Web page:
CTL Featured Assignment Overview
Instructor's Name: , Visiting Instructor in Art History
Name & number of course: AHI 279: Contemporary Architecture
Name of assignment: Architectural Commentaries & Criticism
Class size: 20
Last time the class was taught & when it will be taught again: Spring 2014 (Likely Spring 2015)
Learning goals of the assignment and briefly how they relate to the goals of the course:
This assignment was created to have students engage with contemporary architectural criticism and develop their writing and editing skills. Throughout the semester, students read architectural criticism in the form of newspaper columns, essays, and book reviews. They are then asked to use a similar tone, depth of content and critical eye in crafting their own commentaries about specific buildings, architects, and themes.
Description of the assignment (e.g., when you give the assignment, if you scaffold the assignment):
This assignment is made up of a series of three commentaries, a book review, and a final essay. All assignments (excluding the final essays) can be rewritten once. Students are graded using a rubric and are given extensive comments on their first versions. One of the critical components of the assignment is word count. Students are given very strict word count minimums and maximums and this aspect carries the same weight as grammar in the grading rubric.
This is the description of the assignment sequence that the students receive:
Reading architectural criticism will be a major feature of this course. Since Ada Louise Huxtable began her career writing about architecture for the New York Times in the 1960s, American newspapers have consistently hired critics to comment upon contemporary architecture and the built environment around them. Over the course of the semester, you will be required to write three commentaries or criticisms of contemporary architecture. Like the critics you will read, your own voice and opinions can be clearly articulated but you will be limited in word count just as any newspaper columnist is restricted in how many column inches they have to use. As critics also review what architects write and publish, you will also write a book review Bjarke Ingel’s architectural manifesto, Yes Is More. The ultimate goal of the criticisms and book review is that they will serve as models for your final essay in the course in which you will consider, analyze, and develop your opinion in regard to the question, “What is the future of architecture?”
The first commentary is due during the second week of class and asks the students to write two short essays. The first is a historical analysis of the addition to New London Hall and the second is a critical essay of the same addition. This paired essay assignment requires the students to actively consider the differences between historical writing (which they are accustomed to) and architectural criticism. Students bring these essays to class on the day the assignment is due and then complete an in-class self-reflection of the differences between writing history and criticism. This part of the assignment is designed to make it clear that they need to approach these assignments in a way that is quite different than in other classes they have taken.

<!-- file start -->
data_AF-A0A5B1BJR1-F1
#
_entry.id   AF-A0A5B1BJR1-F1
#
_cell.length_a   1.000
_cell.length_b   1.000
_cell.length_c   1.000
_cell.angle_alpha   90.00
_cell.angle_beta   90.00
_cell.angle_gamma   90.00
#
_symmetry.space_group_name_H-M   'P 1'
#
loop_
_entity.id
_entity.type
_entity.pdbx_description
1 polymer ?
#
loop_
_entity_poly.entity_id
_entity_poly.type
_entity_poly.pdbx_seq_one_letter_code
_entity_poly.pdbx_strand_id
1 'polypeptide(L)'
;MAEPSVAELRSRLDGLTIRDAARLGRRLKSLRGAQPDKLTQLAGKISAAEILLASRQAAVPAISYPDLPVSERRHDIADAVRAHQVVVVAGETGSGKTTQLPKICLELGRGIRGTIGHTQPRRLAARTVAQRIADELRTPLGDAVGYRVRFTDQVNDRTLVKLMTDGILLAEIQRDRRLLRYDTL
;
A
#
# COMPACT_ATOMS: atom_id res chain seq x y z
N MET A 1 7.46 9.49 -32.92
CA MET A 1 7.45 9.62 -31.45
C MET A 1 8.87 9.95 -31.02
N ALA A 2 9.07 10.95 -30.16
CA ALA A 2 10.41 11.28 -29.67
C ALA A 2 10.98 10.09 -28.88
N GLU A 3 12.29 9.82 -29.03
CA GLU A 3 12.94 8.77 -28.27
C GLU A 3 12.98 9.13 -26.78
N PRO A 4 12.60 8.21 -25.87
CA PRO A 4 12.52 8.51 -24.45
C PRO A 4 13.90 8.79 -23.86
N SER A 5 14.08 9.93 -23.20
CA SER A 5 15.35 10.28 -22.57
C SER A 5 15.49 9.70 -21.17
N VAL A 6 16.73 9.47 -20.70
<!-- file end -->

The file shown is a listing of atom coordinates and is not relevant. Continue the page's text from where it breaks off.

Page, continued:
The second and third commentaries are both due before spring break. Students are given very general topics (Architecture of the 1980s and The “Starchitect” and the Museum), but must discuss at least two specific examples of their choosing in their essays. For the second commentary, students complete an in-class peer review of their commentaries. This is used as the starting point for a broader in-class discussion of the commentary topic. The topic of the third commentaries parallels as series of discussions about contemporary museum architecture.
The next component in the assignment series is a book review. Students are encouraged to read the assigned book over spring break and the review is due the week following their return to campus. The class meeting when the assignment is due is devoted to a discussion of the text.
The final component of the series is a final essay. In this essay, students are asked to use the skills they have developed throughout the semester in the previous assignments to write an essay that answers the question “What is the future of architecture?” This assignment requires students to be reflective of the course material and discussions and to think about where the field is heading today – an important aspect since many of them are planning on becoming architects and designers.
What you like about the assignment and why you think it is effective:
I particularly enjoy this series of written assignments because the students become very actively engaged in choosing what they will write about and how to approach the book review and final essay assignments. For many students the first two commentaries are extremely challenging. The word count requirement is often very frustrating, but forces them to actively edit their writing and think about how they go about choosing words and descriptions. Having taught this class twice now, I think the book review is particular rewarding both for the students and myself. Not only does spring break become an active time for the course, but students have the time to deeply engage in one topic through reading, writing, and discussion. Reading their final essays has been a highlight of my year for the past two years. By the end of the semester the students have become very adept at writing criticism and it is quite fascinating to see how each of them see the field and its future at the end of a semester of in-depth study.
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